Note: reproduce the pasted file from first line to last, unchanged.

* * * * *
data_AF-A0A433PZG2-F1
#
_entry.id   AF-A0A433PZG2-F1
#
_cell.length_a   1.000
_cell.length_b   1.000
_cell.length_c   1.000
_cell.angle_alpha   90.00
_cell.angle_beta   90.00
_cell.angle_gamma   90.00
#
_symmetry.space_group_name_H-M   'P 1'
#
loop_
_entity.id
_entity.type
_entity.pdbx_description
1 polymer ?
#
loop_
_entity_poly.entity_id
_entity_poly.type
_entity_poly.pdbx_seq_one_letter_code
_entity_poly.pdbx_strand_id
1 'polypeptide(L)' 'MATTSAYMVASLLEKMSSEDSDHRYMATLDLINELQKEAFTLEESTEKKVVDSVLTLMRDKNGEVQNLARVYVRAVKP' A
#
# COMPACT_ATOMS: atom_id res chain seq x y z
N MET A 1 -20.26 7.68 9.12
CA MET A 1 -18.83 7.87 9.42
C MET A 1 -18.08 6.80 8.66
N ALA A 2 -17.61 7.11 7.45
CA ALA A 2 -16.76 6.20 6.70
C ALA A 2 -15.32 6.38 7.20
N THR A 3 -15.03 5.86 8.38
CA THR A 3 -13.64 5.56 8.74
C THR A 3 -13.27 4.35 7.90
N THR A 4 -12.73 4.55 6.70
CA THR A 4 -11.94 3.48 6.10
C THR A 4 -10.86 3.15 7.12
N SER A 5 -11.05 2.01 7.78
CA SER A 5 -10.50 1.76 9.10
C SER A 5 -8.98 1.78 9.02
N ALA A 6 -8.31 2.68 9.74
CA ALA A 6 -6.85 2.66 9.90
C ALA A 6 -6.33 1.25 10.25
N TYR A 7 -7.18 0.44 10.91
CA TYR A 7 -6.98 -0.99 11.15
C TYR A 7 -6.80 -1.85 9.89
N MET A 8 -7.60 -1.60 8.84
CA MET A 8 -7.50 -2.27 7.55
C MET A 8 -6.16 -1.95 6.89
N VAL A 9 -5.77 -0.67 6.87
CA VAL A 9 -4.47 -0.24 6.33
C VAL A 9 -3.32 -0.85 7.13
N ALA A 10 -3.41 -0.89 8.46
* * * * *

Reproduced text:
data_AF-A0A433PZG2-F1
#
_entry.id   AF-A0A433PZG2-F1
#
_cell.length_a   1.000
_cell.length_b   1.000
_cell.length_c   1.000
_cell.angle_alpha   90.00
_cell.angle_beta   90.00
_cell.angle_gamma   90.00
#
_symmetry.space_group_name_H-M   'P 1'
#
loop_
_entity.id
_entity.type
_entity.pdbx_description
1 polymer ?
#
loop_
_entity_poly.entity_id
_entity_poly.type
_entity_poly.pdbx_seq_one_letter_code
_entity_poly.pdbx_strand_id
1 'polypeptide(L)' 'MATTSAYMVASLLEKMSSEDSDHRYMATLDLINELQKEAFTLEESTEKKVVDSVLTLMRDKNGEVQNLARVYVRAVKP' A
#
# COMPACT_ATOMS: atom_id res chain seq x y z
N MET A 1 -20.26 7.68 9.12
CA MET A 1 -18.83 7.87 9.42
C MET A 1 -18.08 6.80 8.66
N ALA A 2 -17.61 7.11 7.45
CA ALA A 2 -16.76 6.20 6.70
C ALA A 2 -15.32 6.38 7.20
N THR A 3 -15.03 5.86 8.38
CA THR A 3 -13.64 5.56 8.74
C THR A 3 -13.27 4.35 7.90
N THR A 4 -12.73 4.55 6.70
CA THR A 4 -11.94 3.48 6.10
C THR A 4 -10.86 3.15 7.12
N SER A 5 -11.05 2.01 7.78
CA SER A 5 -10.50 1.76 9.10
C SER A 5 -8.98 1.78 9.02
N ALA A 6 -8.31 2.68 9.74
CA ALA A 6 -6.85 2.66 9.90
C ALA A 6 -6.33 1.25 10.25
N TYR A 7 -7.18 0.44 10.91
CA TYR A 7 -6.98 -0.99 11.15
C TYR A 7 -6.80 -1.85 9.89
N MET A 8 -7.60 -1.60 8.84
CA MET A 8 -7.50 -2.27 7.55
C MET A 8 -6.16 -1.95 6.89
N VAL A 9 -5.77 -0.67 6.87
CA VAL A 9 -4.47 -0.24 6.33
C VAL A 9 -3.32 -0.85 7.13
N ALA A 10 -3.41 -0.89 8.46